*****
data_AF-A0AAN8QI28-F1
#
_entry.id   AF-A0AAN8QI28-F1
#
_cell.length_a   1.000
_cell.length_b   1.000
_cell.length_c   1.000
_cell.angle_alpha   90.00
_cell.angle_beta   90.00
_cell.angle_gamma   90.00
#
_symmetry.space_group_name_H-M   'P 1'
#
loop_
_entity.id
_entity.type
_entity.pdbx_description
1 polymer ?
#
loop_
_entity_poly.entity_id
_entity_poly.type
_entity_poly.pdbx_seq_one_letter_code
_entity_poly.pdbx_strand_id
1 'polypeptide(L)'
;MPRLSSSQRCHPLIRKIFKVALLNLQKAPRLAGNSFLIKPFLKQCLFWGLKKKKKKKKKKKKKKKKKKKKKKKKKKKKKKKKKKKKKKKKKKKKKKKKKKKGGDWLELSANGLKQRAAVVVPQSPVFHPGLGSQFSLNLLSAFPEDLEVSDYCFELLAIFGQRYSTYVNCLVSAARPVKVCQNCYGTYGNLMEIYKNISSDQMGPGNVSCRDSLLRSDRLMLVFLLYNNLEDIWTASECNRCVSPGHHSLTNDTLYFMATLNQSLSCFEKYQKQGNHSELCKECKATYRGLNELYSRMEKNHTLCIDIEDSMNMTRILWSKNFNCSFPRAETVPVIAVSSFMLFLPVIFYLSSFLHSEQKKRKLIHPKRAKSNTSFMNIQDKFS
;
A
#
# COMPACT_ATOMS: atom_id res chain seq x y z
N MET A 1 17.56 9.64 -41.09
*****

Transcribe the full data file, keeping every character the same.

data_AF-A0AAN8QI28-F1
#
_entry.id   AF-A0AAN8QI28-F1
#
_cell.length_a   1.000
_cell.length_b   1.000
_cell.length_c   1.000
_cell.angle_alpha   90.00
_cell.angle_beta   90.00
_cell.angle_gamma   90.00
#
_symmetry.space_group_name_H-M   'P 1'
#
loop_
_entity.id
_entity.type
_entity.pdbx_description
1 polymer ?
#
loop_
_entity_poly.entity_id
_entity_poly.type
_entity_poly.pdbx_seq_one_letter_code
_entity_poly.pdbx_strand_id
1 'polypeptide(L)'
;MPRLSSSQRCHPLIRKIFKVALLNLQKAPRLAGNSFLIKPFLKQCLFWGLKKKKKKKKKKKKKKKKKKKKKKKKKKKKKKKKKKKKKKKKKKKKKKKKKKKGGDWLELSANGLKQRAAVVVPQSPVFHPGLGSQFSLNLLSAFPEDLEVSDYCFELLAIFGQRYSTYVNCLVSAARPVKVCQNCYGTYGNLMEIYKNISSDQMGPGNVSCRDSLLRSDRLMLVFLLYNNLEDIWTASECNRCVSPGHHSLTNDTLYFMATLNQSLSCFEKYQKQGNHSELCKECKATYRGLNELYSRMEKNHTLCIDIEDSMNMTRILWSKNFNCSFPRAETVPVIAVSSFMLFLPVIFYLSSFLHSEQKKRKLIHPKRAKSNTSFMNIQDKFS
;
A
#
# COMPACT_ATOMS: atom_id res chain seq x y z
N MET A 1 17.56 9.64 -41.09